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Validating Documents

Whether developing new XML DTDs or schemas, creating new XML documents, or verifying that a program is generating correct XML output, being able to quickly validate an XML document is an important task. Every XML parser must at least be able to determine whether a particular document is well-formed. More sophisticated parsers can verify that the document's structure matches the formal description in a DTD or schema. The following sections discuss various tools that can be used to validate XML documents.

Web Browsers

After the initial breakneck race between Netscape and Internet Explorer for Internet domination, the rate of introduction of new browser features has slowed considerably. Microsoft has included some form of XML support in IE since version 5.0, although it didn't fully support the XSLT recommendation until version 5.5. The release of Netscape as an Open Source product (Mozilla) did not appreciably accelerate the introduction of XML support. The most recent versions of Netscape and Mozilla do include support for displaying XML documents using CSS2 (no XSLT support is included).

The incorporation of XML parsing and validation into IE means that practically any Windows computer can be used to write and validate XML documents. To quickly validate a new XML document, simply display it using IE. Any well-formedness or validity errors will be flagged by the browser.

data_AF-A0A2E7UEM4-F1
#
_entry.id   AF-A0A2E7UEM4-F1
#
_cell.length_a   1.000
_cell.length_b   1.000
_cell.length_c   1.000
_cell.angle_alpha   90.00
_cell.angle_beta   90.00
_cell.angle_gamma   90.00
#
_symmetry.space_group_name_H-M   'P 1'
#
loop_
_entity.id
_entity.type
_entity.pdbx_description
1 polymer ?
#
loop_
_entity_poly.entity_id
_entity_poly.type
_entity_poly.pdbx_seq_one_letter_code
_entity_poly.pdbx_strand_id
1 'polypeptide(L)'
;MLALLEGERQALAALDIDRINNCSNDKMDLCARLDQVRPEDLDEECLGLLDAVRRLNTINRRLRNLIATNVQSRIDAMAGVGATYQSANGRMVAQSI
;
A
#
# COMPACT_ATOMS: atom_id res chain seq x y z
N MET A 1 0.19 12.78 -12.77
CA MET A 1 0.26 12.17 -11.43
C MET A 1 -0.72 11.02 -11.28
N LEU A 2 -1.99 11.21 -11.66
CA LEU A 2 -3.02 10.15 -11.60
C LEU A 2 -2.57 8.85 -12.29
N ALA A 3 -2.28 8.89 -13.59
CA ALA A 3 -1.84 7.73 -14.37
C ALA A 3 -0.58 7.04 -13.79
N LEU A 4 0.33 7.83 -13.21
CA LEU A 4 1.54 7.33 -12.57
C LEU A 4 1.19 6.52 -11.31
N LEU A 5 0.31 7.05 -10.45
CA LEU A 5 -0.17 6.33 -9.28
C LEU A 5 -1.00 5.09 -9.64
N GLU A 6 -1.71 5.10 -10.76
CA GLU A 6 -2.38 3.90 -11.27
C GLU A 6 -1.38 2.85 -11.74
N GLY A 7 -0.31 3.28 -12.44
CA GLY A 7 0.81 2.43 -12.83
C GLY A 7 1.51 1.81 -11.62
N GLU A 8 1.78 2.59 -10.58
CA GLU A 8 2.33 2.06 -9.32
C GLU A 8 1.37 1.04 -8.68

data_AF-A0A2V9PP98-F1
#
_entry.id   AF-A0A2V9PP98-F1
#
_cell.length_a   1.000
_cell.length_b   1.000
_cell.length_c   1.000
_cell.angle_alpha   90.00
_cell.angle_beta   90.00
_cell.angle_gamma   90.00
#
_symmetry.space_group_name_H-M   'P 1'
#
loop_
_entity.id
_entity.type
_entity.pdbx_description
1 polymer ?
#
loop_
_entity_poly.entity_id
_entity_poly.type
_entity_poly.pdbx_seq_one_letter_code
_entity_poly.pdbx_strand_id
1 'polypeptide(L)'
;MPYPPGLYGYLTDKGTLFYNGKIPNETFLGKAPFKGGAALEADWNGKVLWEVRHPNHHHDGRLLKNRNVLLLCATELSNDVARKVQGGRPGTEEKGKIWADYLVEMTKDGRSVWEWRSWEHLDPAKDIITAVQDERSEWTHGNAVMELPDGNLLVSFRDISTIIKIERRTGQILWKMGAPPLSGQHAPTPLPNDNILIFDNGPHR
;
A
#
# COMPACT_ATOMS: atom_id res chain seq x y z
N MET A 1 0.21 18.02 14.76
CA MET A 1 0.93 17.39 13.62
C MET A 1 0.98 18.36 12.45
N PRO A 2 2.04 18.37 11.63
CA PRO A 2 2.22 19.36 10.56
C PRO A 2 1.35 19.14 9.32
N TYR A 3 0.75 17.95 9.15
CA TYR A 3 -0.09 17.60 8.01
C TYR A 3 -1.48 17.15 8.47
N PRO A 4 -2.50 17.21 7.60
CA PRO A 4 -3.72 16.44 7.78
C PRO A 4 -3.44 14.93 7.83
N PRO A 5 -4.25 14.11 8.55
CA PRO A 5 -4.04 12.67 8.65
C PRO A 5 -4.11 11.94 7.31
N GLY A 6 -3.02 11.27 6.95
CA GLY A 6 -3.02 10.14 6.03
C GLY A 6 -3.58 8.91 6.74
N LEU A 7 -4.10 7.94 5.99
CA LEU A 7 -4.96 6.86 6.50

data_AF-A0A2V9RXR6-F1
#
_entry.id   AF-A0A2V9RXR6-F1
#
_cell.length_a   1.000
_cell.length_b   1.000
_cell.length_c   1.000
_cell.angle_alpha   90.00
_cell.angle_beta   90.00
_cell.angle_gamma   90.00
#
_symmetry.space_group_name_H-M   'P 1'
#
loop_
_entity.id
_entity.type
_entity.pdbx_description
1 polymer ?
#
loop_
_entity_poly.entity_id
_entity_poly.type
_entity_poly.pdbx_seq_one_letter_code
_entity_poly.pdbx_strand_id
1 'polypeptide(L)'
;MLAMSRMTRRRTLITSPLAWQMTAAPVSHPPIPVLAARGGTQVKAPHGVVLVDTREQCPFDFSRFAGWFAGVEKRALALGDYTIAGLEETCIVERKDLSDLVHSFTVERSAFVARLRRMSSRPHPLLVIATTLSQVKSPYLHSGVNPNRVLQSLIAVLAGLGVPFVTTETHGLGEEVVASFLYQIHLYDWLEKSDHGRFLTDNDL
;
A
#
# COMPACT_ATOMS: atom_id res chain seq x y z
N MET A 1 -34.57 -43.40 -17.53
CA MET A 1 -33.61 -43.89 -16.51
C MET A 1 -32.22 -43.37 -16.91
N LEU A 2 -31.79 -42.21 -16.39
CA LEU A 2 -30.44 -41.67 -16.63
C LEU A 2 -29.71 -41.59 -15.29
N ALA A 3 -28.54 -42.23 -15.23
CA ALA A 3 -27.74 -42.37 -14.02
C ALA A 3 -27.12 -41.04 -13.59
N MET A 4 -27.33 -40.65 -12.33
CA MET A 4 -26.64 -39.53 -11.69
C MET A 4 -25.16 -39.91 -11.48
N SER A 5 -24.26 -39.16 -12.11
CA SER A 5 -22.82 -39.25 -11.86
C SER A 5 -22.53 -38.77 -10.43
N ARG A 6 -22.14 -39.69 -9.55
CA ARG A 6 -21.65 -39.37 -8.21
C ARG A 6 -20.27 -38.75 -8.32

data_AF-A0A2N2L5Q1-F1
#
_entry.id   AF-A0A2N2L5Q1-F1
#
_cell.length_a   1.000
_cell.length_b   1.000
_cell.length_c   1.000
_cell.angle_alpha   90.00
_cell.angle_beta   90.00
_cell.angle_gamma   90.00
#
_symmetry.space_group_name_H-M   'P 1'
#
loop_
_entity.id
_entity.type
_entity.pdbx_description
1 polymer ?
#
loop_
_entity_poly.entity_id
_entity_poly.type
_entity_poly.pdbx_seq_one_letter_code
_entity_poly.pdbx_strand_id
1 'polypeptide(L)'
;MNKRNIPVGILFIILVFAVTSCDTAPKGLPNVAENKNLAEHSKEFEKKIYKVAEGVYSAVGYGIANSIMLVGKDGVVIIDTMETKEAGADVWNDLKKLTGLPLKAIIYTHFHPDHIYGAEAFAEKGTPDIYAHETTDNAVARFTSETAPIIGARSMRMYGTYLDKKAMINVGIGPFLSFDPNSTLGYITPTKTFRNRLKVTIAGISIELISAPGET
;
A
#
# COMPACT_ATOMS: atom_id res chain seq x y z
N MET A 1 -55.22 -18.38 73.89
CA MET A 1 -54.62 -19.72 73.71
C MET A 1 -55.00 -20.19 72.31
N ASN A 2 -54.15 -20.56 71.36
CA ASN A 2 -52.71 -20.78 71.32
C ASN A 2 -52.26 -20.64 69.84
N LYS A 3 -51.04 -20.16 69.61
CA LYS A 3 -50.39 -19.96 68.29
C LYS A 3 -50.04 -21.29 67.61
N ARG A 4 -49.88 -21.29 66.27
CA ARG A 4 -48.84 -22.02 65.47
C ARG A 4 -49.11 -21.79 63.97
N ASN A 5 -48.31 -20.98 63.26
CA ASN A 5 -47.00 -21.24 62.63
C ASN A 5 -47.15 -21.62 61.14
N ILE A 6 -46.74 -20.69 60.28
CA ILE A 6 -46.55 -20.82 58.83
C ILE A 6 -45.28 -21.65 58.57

Standalone Validators

In many applications, it's desirable to independently check the well-formedness and validity of an XML document. Most XML parser packages provide simple standalone tools for parsing and validating documents from the operating-system command line. These tools always check for well-formedness, and they can also be configured to validate against the document's DTD and/or an associated schema file.

Web-Based Validation Services

Some web sites provide tools for validating XML documents on the World Wide Web. Some of them require that the target document be hosted on another web server, whereas others allow the user to upload a copy of the document. If you intend to perform a large number of validations, this type of tool can become cumbersome quickly. However, if you need to validate a document quickly and don't have a standalone tool or XML-enabled web browser handy, these tools can be a useful alternative. These are two online validators available at the time of this writing:

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